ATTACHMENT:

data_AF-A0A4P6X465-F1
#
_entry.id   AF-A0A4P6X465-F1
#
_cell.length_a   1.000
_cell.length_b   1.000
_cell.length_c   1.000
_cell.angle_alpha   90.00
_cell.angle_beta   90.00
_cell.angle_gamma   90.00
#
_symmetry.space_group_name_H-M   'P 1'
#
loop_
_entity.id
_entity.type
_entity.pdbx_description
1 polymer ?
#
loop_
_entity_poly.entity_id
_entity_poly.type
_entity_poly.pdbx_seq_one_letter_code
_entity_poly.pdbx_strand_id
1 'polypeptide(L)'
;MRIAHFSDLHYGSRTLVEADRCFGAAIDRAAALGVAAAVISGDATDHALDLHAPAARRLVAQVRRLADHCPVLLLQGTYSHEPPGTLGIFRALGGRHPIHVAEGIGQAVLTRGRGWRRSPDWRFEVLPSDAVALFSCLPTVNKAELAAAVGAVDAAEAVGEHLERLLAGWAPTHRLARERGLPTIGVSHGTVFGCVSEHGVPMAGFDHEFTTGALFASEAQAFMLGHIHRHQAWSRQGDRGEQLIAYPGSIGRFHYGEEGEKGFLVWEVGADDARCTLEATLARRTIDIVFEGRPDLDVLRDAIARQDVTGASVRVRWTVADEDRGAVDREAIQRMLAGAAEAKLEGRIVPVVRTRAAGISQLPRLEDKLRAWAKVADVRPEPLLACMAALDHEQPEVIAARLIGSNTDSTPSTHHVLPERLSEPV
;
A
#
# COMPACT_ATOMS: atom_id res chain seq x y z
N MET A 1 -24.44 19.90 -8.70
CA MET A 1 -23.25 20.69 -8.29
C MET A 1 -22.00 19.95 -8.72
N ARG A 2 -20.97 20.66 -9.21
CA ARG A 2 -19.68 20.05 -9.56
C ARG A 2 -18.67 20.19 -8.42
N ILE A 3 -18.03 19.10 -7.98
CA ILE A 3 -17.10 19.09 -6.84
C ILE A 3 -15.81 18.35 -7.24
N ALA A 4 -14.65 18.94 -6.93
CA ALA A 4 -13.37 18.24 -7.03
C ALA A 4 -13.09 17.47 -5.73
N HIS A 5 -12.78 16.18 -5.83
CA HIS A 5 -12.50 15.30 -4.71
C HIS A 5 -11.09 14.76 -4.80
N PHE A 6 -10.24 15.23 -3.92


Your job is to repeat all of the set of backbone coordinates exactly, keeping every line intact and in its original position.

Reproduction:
data_AF-A0A4P6X465-F1
#
_entry.id   AF-A0A4P6X465-F1
#
_cell.length_a   1.000
_cell.length_b   1.000
_cell.length_c   1.000
_cell.angle_alpha   90.00
_cell.angle_beta   90.00
_cell.angle_gamma   90.00
#
_symmetry.space_group_name_H-M   'P 1'
#
loop_
_entity.id
_entity.type
_entity.pdbx_description
1 polymer ?
#
loop_
_entity_poly.entity_id
_entity_poly.type
_entity_poly.pdbx_seq_one_letter_code
_entity_poly.pdbx_strand_id
1 'polypeptide(L)'
;MRIAHFSDLHYGSRTLVEADRCFGAAIDRAAALGVAAAVISGDATDHALDLHAPAARRLVAQVRRLADHCPVLLLQGTYSHEPPGTLGIFRALGGRHPIHVAEGIGQAVLTRGRGWRRSPDWRFEVLPSDAVALFSCLPTVNKAELAAAVGAVDAAEAVGEHLERLLAGWAPTHRLARERGLPTIGVSHGTVFGCVSEHGVPMAGFDHEFTTGALFASEAQAFMLGHIHRHQAWSRQGDRGEQLIAYPGSIGRFHYGEEGEKGFLVWEVGADDARCTLEATLARRTIDIVFEGRPDLDVLRDAIARQDVTGASVRVRWTVADEDRGAVDREAIQRMLAGAAEAKLEGRIVPVVRTRAAGISQLPRLEDKLRAWAKVADVRPEPLLACMAALDHEQPEVIAARLIGSNTDSTPSTHHVLPERLSEPV
;
A
#
# COMPACT_ATOMS: atom_id res chain seq x y z
N MET A 1 -24.44 19.90 -8.70
CA MET A 1 -23.25 20.69 -8.29
C MET A 1 -22.00 19.95 -8.72
N ARG A 2 -20.97 20.66 -9.21
CA ARG A 2 -19.68 20.05 -9.56
C ARG A 2 -18.67 20.19 -8.42
N ILE A 3 -18.03 19.10 -7.98
CA ILE A 3 -17.10 19.09 -6.84
C ILE A 3 -15.81 18.35 -7.24
N ALA A 4 -14.65 18.94 -6.93
CA ALA A 4 -13.37 18.24 -7.03
C ALA A 4 -13.09 17.47 -5.73
N HIS A 5 -12.78 16.18 -5.83
CA HIS A 5 -12.50 15.30 -4.71
C HIS A 5 -11.09 14.76 -4.80
N PHE A 6 -10.24 15.23 -3.92